Monday, May 28, 2007


When I'm not drawing Troubletown, I do other things to make the comics pay, like going to the New York trade show, Surtex. It's one of two art licensing shows in the summer that––for a hefty fee––put my funny pictures in front of the eyeballs of the people who manufacture things, all of the things you can imagine.

Funny Artwork + Things = Funny Things = Dangle + Food for Belly of Family. Hey, who is that geek in my booth? Oh, that's me. Hello!

Monday, May 14, 2007

Must Reads!

Friend of Troubletown, Tony Millionaire, got some killer ink in the New York Times Sunday. Read it. I can't remember the last time I read about a guy having sex with a pizza in the paper of record. Oh, yeah, during the Clinton administration. Remember, whenever an oddball like Tony wins a Pulitzer or gets his own TV show it raises the boats of all us weirdos, ever so slightly. I wonder if Tony'll remember the time he was drunk and I loaned him $30.

One of my favorite politcal writers, Matt Taibbi, nailed the idiotic, super-early debates and campaign nonsense.

Wednesday, May 02, 2007

Troubletown Told You So Debuts at APE

Friends, the new book is out. I have it in my hands, and quite a few brave souls have already defied the Department of Homeland Security and purchased it (thank you!). In fact, last weekend we debuted Troubletown Told You So: Comics that Could've Saved Us From this Mess, to the thrilled comix enthusiasts at APE, Alternative Press Expo, in San Fransicso. Frisco is my town, you know, so of course my fans were in da' house to supply me with their love. Just for eye candy, I had a couple of hot models, Michael and Anna Marie at my booth, who easily took the steam away from "Girls with Corpses" a necrophilia zine that was a couple of booths east. Longtime readers of this blog will remember the way APE dissed me last time with placement practically IN the restrooms at the rear of the auditorium (flush!), but this year they made up for it, putting me in the catbird seat, elevated, halfway toward the front where I could almost see Keith Knight's booth in the prime location facing the oncoming throngs of comics fans. The only complaint I had was that Girls with Corpses had a beginner on electric guitar playing Guitar Center riffs throughout the entire two days.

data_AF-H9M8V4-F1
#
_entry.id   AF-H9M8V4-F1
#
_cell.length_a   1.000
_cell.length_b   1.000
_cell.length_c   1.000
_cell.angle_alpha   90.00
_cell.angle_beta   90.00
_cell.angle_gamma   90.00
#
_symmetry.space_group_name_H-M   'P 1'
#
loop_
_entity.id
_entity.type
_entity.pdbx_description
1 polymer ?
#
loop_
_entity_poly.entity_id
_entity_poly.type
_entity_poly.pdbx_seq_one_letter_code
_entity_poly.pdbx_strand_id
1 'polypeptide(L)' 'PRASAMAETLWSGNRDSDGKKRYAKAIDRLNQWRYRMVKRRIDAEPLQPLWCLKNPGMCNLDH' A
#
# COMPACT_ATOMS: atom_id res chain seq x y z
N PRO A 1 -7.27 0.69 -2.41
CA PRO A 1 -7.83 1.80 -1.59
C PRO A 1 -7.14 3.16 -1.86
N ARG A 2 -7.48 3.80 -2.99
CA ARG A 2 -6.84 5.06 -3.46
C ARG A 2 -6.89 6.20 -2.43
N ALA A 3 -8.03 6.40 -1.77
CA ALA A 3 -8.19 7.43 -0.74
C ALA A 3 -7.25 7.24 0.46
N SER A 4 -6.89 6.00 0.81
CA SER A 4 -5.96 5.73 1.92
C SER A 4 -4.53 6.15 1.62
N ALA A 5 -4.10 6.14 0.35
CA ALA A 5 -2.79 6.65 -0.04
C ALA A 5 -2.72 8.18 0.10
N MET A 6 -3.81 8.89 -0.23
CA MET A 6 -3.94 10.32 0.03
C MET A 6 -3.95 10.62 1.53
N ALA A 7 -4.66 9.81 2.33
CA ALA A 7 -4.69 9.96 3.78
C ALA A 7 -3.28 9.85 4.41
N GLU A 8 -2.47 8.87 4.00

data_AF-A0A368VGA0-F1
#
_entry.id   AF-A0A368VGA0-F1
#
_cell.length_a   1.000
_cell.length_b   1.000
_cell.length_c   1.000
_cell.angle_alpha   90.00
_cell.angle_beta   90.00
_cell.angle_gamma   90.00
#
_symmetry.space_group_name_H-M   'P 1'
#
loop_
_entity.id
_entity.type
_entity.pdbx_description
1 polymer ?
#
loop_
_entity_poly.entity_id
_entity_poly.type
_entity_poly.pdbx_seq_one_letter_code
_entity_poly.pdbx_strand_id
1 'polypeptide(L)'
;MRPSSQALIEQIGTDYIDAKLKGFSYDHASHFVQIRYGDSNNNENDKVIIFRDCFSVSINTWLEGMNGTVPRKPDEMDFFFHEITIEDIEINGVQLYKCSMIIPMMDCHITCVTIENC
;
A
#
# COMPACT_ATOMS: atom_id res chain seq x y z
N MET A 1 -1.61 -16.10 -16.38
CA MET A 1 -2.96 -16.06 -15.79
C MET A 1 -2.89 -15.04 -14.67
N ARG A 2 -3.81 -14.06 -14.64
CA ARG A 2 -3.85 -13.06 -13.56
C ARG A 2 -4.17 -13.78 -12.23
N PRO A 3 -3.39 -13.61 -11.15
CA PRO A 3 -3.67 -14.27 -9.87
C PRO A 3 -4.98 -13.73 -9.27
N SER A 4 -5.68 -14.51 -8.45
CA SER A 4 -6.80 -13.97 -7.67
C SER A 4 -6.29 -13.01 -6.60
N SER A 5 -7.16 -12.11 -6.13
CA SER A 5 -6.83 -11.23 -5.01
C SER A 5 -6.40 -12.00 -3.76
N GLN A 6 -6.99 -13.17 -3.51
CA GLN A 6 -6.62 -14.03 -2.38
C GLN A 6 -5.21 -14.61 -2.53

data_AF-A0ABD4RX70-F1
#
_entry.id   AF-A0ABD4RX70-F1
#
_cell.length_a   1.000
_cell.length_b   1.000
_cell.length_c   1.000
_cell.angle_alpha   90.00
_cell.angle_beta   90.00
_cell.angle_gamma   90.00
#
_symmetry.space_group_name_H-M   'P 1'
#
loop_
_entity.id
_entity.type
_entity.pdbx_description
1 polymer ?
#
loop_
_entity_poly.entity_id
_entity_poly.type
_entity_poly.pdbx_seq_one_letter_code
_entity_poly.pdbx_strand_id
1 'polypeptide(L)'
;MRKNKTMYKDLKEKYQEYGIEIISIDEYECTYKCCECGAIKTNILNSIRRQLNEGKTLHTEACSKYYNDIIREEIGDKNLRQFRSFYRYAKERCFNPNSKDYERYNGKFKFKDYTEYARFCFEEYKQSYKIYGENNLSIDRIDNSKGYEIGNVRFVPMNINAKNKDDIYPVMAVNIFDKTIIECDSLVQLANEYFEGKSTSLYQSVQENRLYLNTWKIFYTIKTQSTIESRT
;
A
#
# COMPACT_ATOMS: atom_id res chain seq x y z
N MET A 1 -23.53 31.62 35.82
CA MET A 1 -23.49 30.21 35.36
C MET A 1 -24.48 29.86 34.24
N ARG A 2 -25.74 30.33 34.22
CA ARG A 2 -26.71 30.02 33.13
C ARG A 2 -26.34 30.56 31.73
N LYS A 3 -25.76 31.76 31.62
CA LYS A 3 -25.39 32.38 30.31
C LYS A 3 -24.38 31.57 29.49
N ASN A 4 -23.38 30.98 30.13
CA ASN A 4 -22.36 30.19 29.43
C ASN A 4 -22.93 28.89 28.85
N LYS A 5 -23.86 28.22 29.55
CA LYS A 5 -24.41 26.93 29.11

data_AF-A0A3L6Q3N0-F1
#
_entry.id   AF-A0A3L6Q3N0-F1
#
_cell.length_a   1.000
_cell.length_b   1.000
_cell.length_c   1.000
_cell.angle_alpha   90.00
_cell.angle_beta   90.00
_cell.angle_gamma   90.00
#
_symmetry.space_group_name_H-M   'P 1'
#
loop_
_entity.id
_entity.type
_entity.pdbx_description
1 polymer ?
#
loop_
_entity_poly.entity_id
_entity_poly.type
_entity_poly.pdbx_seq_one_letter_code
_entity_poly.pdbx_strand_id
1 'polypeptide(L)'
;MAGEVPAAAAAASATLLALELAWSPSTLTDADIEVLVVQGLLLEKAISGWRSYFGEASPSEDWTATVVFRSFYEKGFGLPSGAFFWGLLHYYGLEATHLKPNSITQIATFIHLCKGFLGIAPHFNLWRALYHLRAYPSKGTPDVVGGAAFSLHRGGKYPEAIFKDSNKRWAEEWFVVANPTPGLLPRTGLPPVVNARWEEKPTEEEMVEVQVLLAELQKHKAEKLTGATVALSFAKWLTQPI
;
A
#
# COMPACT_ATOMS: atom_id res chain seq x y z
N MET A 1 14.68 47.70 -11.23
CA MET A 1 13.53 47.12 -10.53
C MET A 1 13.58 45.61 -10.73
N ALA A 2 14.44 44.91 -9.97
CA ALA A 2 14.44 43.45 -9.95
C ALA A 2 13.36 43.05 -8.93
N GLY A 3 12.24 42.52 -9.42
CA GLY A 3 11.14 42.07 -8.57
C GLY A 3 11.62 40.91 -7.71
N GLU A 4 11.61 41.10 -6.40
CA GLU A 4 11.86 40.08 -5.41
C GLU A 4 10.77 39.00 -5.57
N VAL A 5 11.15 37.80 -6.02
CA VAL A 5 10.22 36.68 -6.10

All you APErs, thank you for your indulgence in handing me such great quantities of your cash. Great to see all of your familiar faces! Being the fossil of comix history that I am, many of the top name talents dropped by my booth to pay their respects, including Matt Bors, J. Otto Seibold, Calef Brown, Stephanie McMillan, Eric Drooker, Charles Schultz, Garry Trudeau, Paul Mavrides, Keith Knight, Ray Stoogeputz, Jonathan Lemon, JR Williams, Bwana Spoons, George Herriman, Deb Aoki, Andrice Arp, Jesse Reklaw, Shannon Wheeler, and Mikhaela Reid, and a few I can't remember. That's a lotta talent under one leaky roof.

Damn, To think that I have been exhibiting at APE since the festival's inception, in like, who knows what year, 1986?, most of the kids at this APE were still in diapers, a fact that young Matt Bors went out of his way to remind me of. Steve Lafler, Bob Crabb, Jeff Roysdon, and I were a bunch of sweet young things, schlepping our young, full heads of hair, down to the arena in San Jose, just wishing for some strawberry pickers or Silicon Valley executives to come along and glance our mini-comics. Did I mention that we were young? I'm not going to fixate on it. Now APE has graduated to the big time! Even covered in FlavorPill!

The San Fransicso Bay Area is always hot in an elite, cerbral way, and the same was certainly true Thursday night at Books, Inc. in Alameda, the former Naval weapons depot town--present groovah destination on the island that once smelled of rusty hulls and barber shops. Eco-activist Deacon Rivers packed them in and held them enthralled as he always does, as an author of the Ten Minute Activist, the new book illustrated, modestly, by yours truly. The discussion was lively and the books were flying off the shelves, and I had a great time. As I left the bookstore a light rain was falling and I headed off in search of my truck. At Walnut and Encinal, a car sped through the intersection, skidded, and came to a screeching halt mere inches from my cold and quivering knees. An embarrassed young woman shrugged apologetically and, as she careened past, I noticed the side of the car sported one of those large magnetic placards: "Farmers Insurance." Almost taken out by my old carrier. The dangers of leaving the studio.